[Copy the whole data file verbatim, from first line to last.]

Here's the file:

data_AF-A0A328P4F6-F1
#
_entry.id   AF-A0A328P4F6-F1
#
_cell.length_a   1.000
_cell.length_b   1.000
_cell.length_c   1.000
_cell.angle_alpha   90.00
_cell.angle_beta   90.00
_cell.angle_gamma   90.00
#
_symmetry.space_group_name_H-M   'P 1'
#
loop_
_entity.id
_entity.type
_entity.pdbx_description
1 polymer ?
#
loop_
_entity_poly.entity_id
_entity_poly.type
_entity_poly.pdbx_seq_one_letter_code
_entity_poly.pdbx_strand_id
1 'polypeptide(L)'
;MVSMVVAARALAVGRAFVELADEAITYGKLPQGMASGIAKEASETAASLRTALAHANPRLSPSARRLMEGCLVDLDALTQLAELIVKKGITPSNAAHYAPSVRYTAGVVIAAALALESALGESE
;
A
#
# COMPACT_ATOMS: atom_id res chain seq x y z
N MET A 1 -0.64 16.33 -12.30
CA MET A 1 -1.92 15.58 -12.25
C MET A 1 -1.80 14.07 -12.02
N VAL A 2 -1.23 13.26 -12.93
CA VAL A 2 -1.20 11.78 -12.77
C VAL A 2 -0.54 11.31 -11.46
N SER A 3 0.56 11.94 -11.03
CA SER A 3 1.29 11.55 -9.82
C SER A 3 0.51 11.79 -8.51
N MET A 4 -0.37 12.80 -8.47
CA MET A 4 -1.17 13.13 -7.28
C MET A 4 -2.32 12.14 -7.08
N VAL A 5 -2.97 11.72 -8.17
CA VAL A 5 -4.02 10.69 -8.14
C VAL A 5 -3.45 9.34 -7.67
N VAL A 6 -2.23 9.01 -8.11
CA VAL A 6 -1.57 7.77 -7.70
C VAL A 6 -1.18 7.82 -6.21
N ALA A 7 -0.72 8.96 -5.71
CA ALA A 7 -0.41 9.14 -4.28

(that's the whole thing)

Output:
data_AF-A0A328P4F6-F1
#
_entry.id   AF-A0A328P4F6-F1
#
_cell.length_a   1.000
_cell.length_b   1.000
_cell.length_c   1.000
_cell.angle_alpha   90.00
_cell.angle_beta   90.00
_cell.angle_gamma   90.00
#
_symmetry.space_group_name_H-M   'P 1'
#
loop_
_entity.id
_entity.type
_entity.pdbx_description
1 polymer ?
#
loop_
_entity_poly.entity_id
_entity_poly.type
_entity_poly.pdbx_seq_one_letter_code
_entity_poly.pdbx_strand_id
1 'polypeptide(L)'
;MVSMVVAARALAVGRAFVELADEAITYGKLPQGMASGIAKEASETAASLRTALAHANPRLSPSARRLMEGCLVDLDALTQLAELIVKKGITPSNAAHYAPSVRYTAGVVIAAALALESALGESE
;
A
#
# COMPACT_ATOMS: atom_id res chain seq x y z
N MET A 1 -0.64 16.33 -12.30
CA MET A 1 -1.92 15.58 -12.25
C MET A 1 -1.80 14.07 -12.02
N VAL A 2 -1.23 13.26 -12.93
CA VAL A 2 -1.20 11.78 -12.77
C VAL A 2 -0.54 11.31 -11.46
N SER A 3 0.56 11.94 -11.03
CA SER A 3 1.29 11.55 -9.82
C SER A 3 0.51 11.79 -8.51
N MET A 4 -0.37 12.80 -8.47
CA MET A 4 -1.17 13.13 -7.28
C MET A 4 -2.32 12.14 -7.08
N VAL A 5 -2.97 11.72 -8.17
CA VAL A 5 -4.02 10.69 -8.14
C VAL A 5 -3.45 9.34 -7.67
N VAL A 6 -2.23 9.01 -8.11
CA VAL A 6 -1.57 7.77 -7.70
C VAL A 6 -1.18 7.82 -6.21
N ALA A 7 -0.72 8.96 -5.71
CA ALA A 7 -0.41 9.14 -4.28